Memorial observances and other events are scheduled throughout the United States Wednesday to mark the first anniversary of the September 11 terrorist attacks. But some observances are already underway.
At the Gurudwara Saib, a Sikh temple on Chicago's north side, members of the community Monday evening began a ritual called the Akand Path.
Sikh minister Shiva Singh Khalsa says the Akand Path is a continuous reading of all 1,400 pages of the Sikh holy book in its original Gurmukhi language.
"We believe greatly in prayer and devotion and we believe that this brings the power of prayer and blessings to whatever that transition is, whether it be a birth or a death or even a new home or starting a new career," said Minister Khalsa.
In this case, the transition is the anniversary of the September 11 attacks, and how their aftermath has affected the Sikh community.
"There were some people who were victims of hate crimes. Several of them were Sikhs. So we wanted to observe that."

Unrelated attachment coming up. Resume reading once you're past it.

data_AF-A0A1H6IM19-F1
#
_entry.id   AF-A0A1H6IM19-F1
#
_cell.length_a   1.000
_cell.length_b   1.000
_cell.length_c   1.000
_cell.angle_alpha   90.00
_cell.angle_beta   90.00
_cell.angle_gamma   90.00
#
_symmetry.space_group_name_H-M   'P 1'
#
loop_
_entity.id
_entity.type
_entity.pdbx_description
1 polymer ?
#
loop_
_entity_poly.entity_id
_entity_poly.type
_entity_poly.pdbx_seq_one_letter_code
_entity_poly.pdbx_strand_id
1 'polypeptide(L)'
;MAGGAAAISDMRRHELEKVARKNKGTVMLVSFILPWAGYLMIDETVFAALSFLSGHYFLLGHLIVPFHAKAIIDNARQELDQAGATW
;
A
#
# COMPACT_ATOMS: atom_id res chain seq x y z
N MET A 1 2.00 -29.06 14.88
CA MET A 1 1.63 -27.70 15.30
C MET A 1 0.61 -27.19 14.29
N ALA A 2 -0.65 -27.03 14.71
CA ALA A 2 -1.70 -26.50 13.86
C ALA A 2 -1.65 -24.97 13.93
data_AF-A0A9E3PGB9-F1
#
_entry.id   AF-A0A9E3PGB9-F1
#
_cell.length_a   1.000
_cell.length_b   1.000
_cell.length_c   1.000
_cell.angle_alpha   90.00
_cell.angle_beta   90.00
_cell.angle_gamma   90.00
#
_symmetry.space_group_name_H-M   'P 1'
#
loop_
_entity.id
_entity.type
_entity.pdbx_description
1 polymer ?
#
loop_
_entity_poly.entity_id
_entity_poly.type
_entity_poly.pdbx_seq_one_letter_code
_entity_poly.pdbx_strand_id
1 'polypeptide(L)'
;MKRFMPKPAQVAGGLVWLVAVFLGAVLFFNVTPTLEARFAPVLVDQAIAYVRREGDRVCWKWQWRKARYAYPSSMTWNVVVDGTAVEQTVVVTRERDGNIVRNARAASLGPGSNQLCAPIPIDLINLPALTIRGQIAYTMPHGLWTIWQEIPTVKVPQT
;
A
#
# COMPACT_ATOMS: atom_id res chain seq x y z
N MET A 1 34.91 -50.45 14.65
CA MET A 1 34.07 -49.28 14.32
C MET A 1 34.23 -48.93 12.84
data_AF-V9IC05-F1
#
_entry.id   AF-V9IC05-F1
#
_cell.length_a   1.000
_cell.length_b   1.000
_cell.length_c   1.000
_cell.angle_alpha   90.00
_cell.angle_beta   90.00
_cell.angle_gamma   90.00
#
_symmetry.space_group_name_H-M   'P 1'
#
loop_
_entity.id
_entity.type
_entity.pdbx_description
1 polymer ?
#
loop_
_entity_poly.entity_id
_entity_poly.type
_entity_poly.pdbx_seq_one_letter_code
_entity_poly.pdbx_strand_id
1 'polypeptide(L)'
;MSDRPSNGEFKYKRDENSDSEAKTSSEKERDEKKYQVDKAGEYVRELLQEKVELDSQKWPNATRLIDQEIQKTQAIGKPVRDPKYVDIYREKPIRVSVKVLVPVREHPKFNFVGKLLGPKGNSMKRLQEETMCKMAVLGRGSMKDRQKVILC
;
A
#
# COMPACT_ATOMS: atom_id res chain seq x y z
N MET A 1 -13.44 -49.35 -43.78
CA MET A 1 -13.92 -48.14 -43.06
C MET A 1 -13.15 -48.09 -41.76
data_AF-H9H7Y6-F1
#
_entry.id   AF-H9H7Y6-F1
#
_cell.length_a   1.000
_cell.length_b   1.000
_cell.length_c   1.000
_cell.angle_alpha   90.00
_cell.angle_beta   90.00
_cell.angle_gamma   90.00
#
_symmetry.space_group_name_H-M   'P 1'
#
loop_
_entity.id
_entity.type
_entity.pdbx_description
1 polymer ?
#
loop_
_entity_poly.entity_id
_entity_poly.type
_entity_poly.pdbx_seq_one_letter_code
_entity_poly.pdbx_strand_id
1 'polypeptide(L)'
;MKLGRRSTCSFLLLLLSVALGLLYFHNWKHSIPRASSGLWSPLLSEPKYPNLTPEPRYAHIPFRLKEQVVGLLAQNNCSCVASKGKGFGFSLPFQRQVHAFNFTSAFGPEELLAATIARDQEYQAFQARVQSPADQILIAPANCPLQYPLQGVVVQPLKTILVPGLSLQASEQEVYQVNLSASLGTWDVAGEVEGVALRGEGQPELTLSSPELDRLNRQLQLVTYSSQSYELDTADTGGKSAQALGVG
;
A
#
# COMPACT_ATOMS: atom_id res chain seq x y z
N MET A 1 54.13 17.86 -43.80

Because Sikh men wear turbans, some were the targets of anti-Muslim harassment after September 11. In Arizona last year, a Sikh gas station owner was killed at work by a man who later told police, "I am an American."
Mr. Khalsa says Sikhs have spent much of the last year both trying to educate other Americans that despite the turban, Sikhs are not Muslim, but are also speaking out against anti-Muslim violence.
"We are Americans. Even though we have a turban and a beard and even though we speak with an accent, some of us, some of us are first or second-generation. Still this is part of our lives and it affected us all as well," he said.
The Akand Path ritual at this temple will continue through Wednesday.